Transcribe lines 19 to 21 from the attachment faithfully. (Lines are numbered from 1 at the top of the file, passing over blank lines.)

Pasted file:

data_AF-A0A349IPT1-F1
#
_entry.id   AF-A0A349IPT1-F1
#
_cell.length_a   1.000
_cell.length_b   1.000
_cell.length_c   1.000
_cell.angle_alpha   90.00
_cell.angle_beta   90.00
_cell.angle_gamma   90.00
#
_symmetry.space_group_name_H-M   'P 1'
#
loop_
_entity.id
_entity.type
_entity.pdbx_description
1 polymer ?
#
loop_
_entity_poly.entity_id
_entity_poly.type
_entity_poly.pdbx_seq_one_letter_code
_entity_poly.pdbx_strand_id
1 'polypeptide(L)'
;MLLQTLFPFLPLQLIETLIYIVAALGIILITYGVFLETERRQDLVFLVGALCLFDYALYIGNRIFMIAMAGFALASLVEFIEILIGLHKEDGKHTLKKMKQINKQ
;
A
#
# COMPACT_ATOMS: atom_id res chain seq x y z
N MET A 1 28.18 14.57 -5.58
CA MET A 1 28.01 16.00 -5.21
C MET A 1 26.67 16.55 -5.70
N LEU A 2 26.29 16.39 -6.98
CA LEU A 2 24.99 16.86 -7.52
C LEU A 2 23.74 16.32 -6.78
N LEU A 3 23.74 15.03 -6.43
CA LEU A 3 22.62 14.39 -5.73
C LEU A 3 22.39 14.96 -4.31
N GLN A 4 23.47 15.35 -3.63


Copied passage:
#
loop_
_entity_poly.entity_id